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Role of Concentration in Injury Paul Dent Introduction Paul Dent, MSc Lecturer, Brunel University BASES Accredited Sport & Exercise Psychologist Reviewer SE and Accreditation Applications Research: “Emotional Responses and Coping Skills in Injured Elite Athletes”

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  • Paul Dent, MSc
  • Lecturer, Brunel University
  • BASES Accredited Sport & Exercise Psychologist
  • Reviewer SE and Accreditation Applications
  • Research:

“Emotional Responses and Coping Skills in Injured Elite Athletes”

  • Contact:
previous work
Previous Work
  • London Wasps
  • English Institute of Sport
    • British Judo
    • BAoFE
    • Ladies Golf
    • Injured Athletes
  • Platform Diving
    • Olympic Silver Medallists Athens 2004
    • Commonwealth Games 2006
  • Definition
  • Types & Shifting of Attentional Focus
  • Attentional Problems
  • Choking
  • Self-Talk
  • Tips & Exercises for Improving Concentration
  • Focus and the Injured Athlete
what is concentration
What is Concentration?

Concentration is the ability to maintain focus on relevant environmental cues.

Also called “attention”.

types of attentional focus
Types of Attentional Focus



Assess Perform


Analyze Rehearse

four types of focus

Used to rapidly assess a situation


Used to focus exclusively on one or two external cues


Used to analyze and plan


Used to mentally rehearse an upcoming performance or control an emotional state

Four Types of Focus
identifying types of focus
Identifying Types of Focus
  • A “scrum half” is making a decision on which play to call
  • A bowler scans for tension before starting her approach
  • A golfer recalls a few previous similar shots when deciding on a club
  • A tennis player watches his toss as he starts his serve
  • A coach figures out the starting line-up
shifting attentional focus
Shifting Attentional Focus

When the environment changes rapidly, attentional focus must also change rapidly

  • Examples?
  • Shifting Exercise
attentional problems
Attentional Problems


Within ourselves, thoughts, worries, concerns


Stimuli from the environment

external distracters
External Distracters
  • Visual distractions
  • Auditory distractions
  • Gamesmanship (trash talking, psyching out opponent)
  • Examples?
internal distracters
Internal Distracters

I can’t wait to celebrate!

  • Attending to past events (e.g. Lisa)
  • Attending to future events (“what if…”)
  • Choking
  • Overanalyzing body mechanics
  • Fatigue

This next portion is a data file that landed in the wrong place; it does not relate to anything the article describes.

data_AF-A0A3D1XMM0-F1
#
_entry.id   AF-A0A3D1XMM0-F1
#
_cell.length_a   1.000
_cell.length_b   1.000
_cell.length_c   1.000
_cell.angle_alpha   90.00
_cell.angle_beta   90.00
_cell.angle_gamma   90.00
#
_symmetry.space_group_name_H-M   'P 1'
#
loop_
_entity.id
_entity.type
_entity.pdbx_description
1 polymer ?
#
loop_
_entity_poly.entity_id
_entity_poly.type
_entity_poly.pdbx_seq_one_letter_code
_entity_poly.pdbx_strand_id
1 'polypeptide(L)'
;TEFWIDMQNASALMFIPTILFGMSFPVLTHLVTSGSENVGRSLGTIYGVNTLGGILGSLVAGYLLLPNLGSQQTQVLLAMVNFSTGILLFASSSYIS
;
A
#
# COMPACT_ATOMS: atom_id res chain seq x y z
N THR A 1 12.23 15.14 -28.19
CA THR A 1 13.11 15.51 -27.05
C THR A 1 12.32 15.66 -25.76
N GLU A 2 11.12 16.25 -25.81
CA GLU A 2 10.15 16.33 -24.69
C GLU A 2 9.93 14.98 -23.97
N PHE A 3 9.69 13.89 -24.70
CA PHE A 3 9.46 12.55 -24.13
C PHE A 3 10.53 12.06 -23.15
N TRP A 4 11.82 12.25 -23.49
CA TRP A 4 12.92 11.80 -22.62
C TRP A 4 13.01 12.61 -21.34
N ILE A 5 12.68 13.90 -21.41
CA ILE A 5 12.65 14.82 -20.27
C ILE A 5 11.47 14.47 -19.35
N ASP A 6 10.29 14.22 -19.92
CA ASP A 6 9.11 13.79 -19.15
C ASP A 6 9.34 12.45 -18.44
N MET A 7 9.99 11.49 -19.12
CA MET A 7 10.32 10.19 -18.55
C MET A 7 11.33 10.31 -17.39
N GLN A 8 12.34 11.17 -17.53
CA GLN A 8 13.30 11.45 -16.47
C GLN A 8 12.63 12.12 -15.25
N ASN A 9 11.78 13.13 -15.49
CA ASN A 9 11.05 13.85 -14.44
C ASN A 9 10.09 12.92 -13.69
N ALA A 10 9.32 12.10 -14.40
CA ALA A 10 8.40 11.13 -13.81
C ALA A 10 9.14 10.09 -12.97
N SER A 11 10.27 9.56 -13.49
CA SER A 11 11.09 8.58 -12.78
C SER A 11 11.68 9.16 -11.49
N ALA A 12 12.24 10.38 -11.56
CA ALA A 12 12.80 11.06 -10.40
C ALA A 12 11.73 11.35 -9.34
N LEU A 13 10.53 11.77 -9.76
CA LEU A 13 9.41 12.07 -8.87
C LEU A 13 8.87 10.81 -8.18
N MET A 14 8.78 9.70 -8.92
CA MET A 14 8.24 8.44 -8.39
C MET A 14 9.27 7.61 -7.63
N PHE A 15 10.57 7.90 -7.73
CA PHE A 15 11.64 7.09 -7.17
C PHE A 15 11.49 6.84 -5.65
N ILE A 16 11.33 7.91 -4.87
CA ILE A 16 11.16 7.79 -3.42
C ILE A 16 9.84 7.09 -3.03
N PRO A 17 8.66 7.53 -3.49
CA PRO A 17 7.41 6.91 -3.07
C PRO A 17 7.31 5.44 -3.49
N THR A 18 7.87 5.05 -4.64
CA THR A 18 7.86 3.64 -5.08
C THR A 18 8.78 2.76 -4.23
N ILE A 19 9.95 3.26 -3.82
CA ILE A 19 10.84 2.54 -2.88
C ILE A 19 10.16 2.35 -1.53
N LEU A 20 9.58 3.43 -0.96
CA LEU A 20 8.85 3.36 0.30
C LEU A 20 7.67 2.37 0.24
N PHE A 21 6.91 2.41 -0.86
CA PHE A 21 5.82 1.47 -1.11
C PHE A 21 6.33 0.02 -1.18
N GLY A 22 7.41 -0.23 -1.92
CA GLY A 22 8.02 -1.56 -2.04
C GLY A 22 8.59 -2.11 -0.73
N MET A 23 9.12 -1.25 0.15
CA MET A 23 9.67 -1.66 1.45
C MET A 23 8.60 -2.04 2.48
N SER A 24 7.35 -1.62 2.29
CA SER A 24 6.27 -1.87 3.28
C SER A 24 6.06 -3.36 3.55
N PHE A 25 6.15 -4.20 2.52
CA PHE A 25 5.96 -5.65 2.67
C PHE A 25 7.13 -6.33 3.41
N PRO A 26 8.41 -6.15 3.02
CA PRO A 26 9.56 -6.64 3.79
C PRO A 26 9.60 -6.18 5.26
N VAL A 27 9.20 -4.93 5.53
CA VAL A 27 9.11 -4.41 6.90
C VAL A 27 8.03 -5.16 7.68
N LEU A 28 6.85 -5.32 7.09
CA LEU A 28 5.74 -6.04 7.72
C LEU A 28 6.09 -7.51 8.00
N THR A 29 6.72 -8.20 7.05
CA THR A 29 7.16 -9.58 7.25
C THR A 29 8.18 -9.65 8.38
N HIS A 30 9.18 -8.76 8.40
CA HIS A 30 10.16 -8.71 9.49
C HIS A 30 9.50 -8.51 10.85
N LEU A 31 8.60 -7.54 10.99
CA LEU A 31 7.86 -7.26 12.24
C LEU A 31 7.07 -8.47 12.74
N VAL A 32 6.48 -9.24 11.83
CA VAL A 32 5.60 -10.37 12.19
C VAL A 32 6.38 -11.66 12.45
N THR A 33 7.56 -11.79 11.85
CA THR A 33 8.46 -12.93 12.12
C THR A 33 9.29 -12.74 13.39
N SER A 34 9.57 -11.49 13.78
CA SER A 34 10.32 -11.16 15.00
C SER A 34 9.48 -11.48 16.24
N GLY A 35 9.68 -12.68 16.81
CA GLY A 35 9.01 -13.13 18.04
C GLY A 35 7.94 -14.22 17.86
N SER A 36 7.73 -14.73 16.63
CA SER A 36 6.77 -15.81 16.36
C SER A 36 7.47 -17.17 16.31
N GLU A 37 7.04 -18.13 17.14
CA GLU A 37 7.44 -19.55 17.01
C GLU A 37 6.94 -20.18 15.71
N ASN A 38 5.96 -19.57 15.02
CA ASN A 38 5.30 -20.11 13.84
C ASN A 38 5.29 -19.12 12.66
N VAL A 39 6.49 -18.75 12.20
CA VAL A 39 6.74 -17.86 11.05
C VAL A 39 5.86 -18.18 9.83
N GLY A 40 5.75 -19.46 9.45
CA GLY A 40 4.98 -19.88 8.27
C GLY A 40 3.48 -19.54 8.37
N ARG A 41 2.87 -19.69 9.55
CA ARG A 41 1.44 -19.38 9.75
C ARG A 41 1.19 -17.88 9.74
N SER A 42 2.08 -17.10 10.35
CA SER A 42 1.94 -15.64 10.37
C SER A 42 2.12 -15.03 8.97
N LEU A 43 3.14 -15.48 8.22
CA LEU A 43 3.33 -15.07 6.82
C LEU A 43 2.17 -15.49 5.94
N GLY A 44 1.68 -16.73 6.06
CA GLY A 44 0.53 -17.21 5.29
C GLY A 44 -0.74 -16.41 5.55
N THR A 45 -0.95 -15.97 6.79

• Self-Talk
self talk any statement or thought
SELF -TALK(Any Statement or Thought)

POSITIVE Self-Talk Increases:

Self-esteem Motivation

Attentional Focus


NEGATIVE Self-Talk is:

Critical Self-demeaning


Anxiety Producing

self talk cont


*Skill Acquisition

*Breaking Bad Habits

*Initiating Action

*Sustaining Effort

Changing Self-Talk:

*Thought Stopping

*Changing Negative ST

to Positive ST

Self-Talk (cont.)
An attentional process that leads to impaired performance and the inability to retain control over performance without outside assistanceChoking
tips for improving concentration on site
Practice with Distractions

Use Cue Words to Focus (instructional & motivational)

Employ Non-judgmental Thinking

Establish Routines*

Practice Eye Control

Stay Focused in the Present

Overlearn Skills

Develop Competition Plans

Tips for Improving Concentration on Site
competition routine rugby throw in
Competition Routine Rugby Throw-In
  • Assess field position on way to line
  • Get ball and take deep breath
  • Look at ball & adjust hand position
  • Stagger feet and shift balance backwards
  • Raise ball overhead & keep elbows in and hips straight
  • Take a deep breath
  • Make call and make eye contact with target
  • Recoil and snap at waist
exercises to improve concentration
Exercises to Improve Concentration
  • Learn to Shift Attention
  • Learn to Maintain Focus
  • Search for Relevant Cues
  • Rehearse Game Concentration
  • Parking Thoughts
attentional focus with respect to injury
Attentional Focus with Respect to Injury
  • Focus is perhaps the most neglected and misunderstood psychological contributor to rehabilitation and return to sport
  • Facilitating cues include pain (as information), proprioceptive responses, physical dimensions such as range of motion and strength, information that you provide, support from others and feedback from physical therapy equipment
injury and attention
Injury and Attention
  • Interfering cues are comprised of negative thoughts, anxiety, pain (as a inhibitor), preoccupation with the rehabilitated area on return to sport, pressure from others to recover quickly, distractions during treatment and comparisons to others on return to sport.
  • Injured athletes often possess either external or internal focus styles that involve a preference to focus on external or internal information and that allow greater ease and comfort in processing the respective kinds of information
  • Injured athletes can learn to adjust focus much like a the beam of a torch in which it can be widened to illuminate a large area or narrowed to brighten a small area.
injury and attention24
Injury and Attention
  • Patients with an external focus need to focus away from disruptive internal cues and onto necessary external cues such as instruction and feedback
  • Those with an internal style need to block out external distractions and focus on relevant internal rehabilitation cues
  • Injured athletes should balance long-term, short-term focus, pay attention to the four P’s (positive, process, present, progress), control their eyes and use keywords and rehabilitation imagery
case study
Case Study:
  • Working in pairs, identify a patient who perhaps is lacking in focus through their rehabilitation,
  • Design a short intervention aimed at altering their attentional style / focus and state how you will monitor progress of the patient.